A lower interest rate doesn’t make a debt go away
In its second bi-monthly meet of the Monetary Policy Committee of The Reserve Bank of India (RBI), after four long years, increased the Repo Rate by 25 bps to 6.25%. Along with this, the reverse repo rate also increased to 6%.
Repo Rate is the rate at which the central bank lends money to the banks.
Reserve repo rate is the rate at which banks lend money to RBI.
The last hike in the rates happened in January 2014, when the rates went up from 7.75% to 8%. The increase in the rates officially marks the turn in the interest rate cycle, though the banks have been increasing the rate on deposits and loans since a few months now. Interest rates started decreasing since 2015 and the last cut in the interest rate was made in August 2017.
Changing the interest rate is a common monetary policy tool which is used by Central banks to curb inflation in the economy.
Whenever the central bank raises the rates, this hike gets transferred to the entire banking system as well. The Banks raise their interest rates both for lending and deposits making loans expensive for borrowers and deposits lucrative for the people who have excess cash. This discourages the lending process and helps to reduce the excess money supply in the economy.
Thus, the main objective of this hike is to keep Inflation in check.
Inflation is measured using the Consumer Price Index(CPI) in India which is the weighted average prices of a basket of goods and services. The changes in CPI over a period of time is used to calculate the level of inflation in the economy.
Consumer Price Index (CPI) has reached to 137.1 index points this April, and an increase in crude oil prices added to the inflationary pressures. Retail inflation observed a peak rise in the month of April to 4.6% as compared to 4.3% in the month of March. Core inflation, which includes essentials such as food and crude oil, was at a consistent high of 5.8% in April rising from a 5.23% in March.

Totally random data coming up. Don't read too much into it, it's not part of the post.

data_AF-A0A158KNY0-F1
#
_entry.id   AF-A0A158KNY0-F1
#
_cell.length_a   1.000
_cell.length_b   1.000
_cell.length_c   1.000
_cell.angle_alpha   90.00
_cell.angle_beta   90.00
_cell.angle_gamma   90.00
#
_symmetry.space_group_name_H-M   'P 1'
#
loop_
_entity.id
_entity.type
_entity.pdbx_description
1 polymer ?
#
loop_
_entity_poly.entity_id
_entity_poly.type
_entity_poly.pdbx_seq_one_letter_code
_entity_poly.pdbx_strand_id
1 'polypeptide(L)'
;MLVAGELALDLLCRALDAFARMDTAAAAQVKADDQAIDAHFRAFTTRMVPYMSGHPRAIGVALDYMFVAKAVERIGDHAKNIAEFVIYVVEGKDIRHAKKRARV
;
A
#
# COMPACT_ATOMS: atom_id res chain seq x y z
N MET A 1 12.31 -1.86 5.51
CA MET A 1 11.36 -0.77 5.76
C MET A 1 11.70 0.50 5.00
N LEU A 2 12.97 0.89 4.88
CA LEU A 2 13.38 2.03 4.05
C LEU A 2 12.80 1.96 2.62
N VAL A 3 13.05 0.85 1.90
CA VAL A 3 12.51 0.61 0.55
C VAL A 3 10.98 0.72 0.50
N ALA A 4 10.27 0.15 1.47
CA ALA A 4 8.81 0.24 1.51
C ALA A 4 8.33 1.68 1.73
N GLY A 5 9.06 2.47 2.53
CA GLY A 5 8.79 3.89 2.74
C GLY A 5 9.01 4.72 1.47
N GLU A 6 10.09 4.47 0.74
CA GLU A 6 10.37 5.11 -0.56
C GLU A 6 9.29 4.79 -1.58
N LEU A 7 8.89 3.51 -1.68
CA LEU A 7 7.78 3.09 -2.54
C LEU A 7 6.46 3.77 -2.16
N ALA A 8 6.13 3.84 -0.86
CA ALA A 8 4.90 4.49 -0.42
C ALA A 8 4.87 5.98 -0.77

The crude oil prices globally have also experienced volatility, which creates considerable uncertainty in relation to inflation increasing or decreasing.
Other factors that have contributed to this rise in the Repo Rate are exchange rate depreciation, uncertainty relating to the global financial markets and an increase in HRA by the state governments
The increase in the interest rate neutralizes a currency attack that could have taken place, which would have had negative consequences for the country that imports up to 80% of its crude oil requirements.
Also, higher policy rates could have a positive impact on fixed deposits. Interest rate of FDs with long-term tenure may reach in the range of 7.25%-7.5% within next 3-6 months.
The yield of a 10-year bond, a good indicator of the direction of long-term interest rate in the economy, went up from 7.834% on June 5 to 7.917% on June 6 after the RBI announcement.
The immediate increase in the Repo Rates would lead the banks to firm up on the interest rates. The banks have previously been increasing the lending as well as the borrowing rate, a very proactive behavior of the banks has been witnessed in the past in passing on rate hikes to the borrowers.
As an effect of the decision, some banks have recently increased the Marginal Cost of Fund Based lending (MCLR), which will result in the increase in the cost of borrowing.
For the fiscal year of 2018-19, the projections of CPI-based inflation for the first half is projected at 4.6% and GDP growth for 2018-19 is projected at 7.4%
The Indian banks are moving in the direction of other central banks that have raised their rates in preparation for accommodative policies of major central banks.
Indonesia and Philippines as an example have also increased their rates, so as to save the local currency and to be prepared against the outflow of foreign investments. This is a similar direction in which India is moving.
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